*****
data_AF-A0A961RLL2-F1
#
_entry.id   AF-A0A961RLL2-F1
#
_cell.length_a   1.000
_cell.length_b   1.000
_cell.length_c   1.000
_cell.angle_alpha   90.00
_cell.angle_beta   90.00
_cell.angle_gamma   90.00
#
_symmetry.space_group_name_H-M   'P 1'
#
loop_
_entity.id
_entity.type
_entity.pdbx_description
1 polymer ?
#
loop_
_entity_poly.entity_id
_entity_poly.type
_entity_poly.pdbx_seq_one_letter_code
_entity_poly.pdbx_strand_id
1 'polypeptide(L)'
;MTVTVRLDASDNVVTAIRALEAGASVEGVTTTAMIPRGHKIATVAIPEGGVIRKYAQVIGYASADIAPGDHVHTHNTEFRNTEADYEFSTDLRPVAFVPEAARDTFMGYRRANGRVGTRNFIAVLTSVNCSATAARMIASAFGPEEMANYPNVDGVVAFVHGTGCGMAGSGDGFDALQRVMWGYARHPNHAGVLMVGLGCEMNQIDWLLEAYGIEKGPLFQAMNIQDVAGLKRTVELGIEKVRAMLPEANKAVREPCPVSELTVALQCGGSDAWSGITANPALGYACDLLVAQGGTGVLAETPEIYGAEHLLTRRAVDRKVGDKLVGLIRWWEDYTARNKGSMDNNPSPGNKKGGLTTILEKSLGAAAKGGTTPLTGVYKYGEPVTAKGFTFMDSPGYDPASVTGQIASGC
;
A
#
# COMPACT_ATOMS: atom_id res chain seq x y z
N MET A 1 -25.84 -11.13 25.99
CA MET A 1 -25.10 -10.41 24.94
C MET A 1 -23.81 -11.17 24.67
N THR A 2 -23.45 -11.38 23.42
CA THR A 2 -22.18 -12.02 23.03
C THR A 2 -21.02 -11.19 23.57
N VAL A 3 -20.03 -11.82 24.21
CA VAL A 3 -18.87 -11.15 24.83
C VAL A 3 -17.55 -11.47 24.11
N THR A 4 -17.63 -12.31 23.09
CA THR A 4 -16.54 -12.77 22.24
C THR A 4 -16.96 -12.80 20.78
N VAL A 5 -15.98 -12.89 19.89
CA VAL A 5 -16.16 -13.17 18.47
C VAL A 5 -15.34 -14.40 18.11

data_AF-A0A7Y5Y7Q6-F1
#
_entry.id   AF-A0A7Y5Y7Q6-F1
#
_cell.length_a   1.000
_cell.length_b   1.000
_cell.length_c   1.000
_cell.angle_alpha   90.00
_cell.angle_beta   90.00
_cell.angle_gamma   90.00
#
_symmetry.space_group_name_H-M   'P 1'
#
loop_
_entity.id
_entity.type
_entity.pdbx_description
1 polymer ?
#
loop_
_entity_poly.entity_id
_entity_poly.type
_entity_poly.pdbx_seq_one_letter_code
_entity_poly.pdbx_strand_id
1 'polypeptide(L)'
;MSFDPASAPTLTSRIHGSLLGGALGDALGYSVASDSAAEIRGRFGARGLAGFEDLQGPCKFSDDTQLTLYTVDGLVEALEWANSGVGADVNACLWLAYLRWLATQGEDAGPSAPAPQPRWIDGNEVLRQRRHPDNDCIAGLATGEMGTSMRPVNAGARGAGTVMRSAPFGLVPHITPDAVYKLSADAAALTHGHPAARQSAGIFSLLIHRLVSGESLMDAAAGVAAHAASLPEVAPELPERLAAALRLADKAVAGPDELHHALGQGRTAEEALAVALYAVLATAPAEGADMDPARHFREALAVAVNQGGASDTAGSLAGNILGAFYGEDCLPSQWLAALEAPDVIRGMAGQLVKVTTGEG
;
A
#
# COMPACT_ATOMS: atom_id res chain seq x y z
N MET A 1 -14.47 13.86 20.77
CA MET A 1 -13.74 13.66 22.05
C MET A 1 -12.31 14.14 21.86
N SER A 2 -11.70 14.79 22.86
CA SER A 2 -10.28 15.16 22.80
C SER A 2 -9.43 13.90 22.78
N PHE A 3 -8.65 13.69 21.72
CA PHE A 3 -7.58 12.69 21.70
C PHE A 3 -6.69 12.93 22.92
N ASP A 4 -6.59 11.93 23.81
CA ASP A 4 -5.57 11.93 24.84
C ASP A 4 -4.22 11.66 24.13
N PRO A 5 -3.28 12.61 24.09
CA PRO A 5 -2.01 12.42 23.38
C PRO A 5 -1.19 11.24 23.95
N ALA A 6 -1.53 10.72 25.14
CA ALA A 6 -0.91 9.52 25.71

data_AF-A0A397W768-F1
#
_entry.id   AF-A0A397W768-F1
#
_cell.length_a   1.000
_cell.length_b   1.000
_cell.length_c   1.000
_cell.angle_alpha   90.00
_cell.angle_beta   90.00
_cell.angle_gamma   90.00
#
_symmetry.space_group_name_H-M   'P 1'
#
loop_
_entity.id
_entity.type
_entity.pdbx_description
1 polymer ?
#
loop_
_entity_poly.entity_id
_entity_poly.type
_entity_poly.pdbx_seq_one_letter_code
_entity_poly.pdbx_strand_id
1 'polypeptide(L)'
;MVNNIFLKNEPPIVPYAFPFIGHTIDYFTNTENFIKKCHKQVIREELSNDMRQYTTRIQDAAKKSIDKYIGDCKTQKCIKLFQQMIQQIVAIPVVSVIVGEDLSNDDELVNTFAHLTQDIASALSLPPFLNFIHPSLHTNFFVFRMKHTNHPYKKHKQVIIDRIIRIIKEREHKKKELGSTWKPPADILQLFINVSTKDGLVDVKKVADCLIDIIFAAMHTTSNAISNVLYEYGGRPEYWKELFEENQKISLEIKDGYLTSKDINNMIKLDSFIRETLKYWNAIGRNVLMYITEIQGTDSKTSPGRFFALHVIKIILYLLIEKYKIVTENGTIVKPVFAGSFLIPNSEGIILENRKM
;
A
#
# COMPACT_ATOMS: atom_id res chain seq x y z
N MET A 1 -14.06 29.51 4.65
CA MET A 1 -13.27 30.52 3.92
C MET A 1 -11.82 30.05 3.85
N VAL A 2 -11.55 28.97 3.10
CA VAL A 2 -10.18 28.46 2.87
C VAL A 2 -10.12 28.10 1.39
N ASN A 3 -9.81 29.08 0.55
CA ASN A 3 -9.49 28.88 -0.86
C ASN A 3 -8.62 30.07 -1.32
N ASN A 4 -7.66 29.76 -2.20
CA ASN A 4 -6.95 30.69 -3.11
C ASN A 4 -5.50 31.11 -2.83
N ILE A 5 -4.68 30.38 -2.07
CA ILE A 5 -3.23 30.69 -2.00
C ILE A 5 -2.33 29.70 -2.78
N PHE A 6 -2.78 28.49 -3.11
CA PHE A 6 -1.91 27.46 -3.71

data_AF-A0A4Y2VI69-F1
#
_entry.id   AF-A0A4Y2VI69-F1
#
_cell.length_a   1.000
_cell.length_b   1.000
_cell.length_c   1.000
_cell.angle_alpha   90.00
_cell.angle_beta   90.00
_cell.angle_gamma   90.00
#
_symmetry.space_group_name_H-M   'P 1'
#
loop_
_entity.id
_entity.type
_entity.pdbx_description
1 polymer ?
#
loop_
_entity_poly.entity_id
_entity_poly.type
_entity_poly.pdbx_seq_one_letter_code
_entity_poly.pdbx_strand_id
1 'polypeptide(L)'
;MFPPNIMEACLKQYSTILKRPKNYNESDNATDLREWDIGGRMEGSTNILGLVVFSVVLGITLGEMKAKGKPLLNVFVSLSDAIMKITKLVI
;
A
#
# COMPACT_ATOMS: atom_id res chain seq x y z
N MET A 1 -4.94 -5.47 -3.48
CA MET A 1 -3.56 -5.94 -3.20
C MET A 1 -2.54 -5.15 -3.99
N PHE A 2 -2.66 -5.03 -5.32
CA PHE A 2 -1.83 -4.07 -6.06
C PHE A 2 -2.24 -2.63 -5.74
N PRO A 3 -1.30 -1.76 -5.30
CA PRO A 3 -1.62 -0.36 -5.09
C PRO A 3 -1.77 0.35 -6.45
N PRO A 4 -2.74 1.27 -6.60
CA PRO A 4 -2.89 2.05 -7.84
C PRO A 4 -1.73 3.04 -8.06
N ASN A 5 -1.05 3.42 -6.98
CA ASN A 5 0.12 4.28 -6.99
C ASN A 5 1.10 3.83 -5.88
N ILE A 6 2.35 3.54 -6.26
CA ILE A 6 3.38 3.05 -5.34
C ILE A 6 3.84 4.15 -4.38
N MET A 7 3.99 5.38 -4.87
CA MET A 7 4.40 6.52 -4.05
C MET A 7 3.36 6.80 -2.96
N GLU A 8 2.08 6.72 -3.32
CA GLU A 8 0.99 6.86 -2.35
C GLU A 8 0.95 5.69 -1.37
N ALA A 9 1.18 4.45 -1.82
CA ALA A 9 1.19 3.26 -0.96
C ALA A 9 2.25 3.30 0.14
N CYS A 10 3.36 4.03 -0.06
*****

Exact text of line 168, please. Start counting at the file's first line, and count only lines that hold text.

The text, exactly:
#